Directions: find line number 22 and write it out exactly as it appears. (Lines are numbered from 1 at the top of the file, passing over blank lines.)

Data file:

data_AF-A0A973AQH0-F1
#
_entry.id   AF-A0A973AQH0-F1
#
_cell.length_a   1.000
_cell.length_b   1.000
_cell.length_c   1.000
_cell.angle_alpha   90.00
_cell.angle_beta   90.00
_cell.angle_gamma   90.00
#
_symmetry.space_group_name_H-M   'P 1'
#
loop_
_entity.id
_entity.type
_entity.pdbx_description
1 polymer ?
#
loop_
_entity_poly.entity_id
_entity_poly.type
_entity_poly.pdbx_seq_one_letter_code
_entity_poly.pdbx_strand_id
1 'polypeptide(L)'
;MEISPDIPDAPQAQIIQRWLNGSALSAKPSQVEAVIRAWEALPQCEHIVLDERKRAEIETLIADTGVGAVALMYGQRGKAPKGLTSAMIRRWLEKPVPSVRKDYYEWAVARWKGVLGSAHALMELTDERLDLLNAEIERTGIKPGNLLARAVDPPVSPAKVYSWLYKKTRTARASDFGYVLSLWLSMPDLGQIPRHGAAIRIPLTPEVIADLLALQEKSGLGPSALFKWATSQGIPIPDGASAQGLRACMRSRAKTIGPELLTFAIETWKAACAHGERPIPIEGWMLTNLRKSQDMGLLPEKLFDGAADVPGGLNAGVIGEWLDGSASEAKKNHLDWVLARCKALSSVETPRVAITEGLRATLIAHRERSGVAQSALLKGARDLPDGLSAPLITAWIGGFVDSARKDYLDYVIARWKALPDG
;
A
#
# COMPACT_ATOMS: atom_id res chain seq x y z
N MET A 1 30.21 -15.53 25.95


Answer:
_entity_poly.type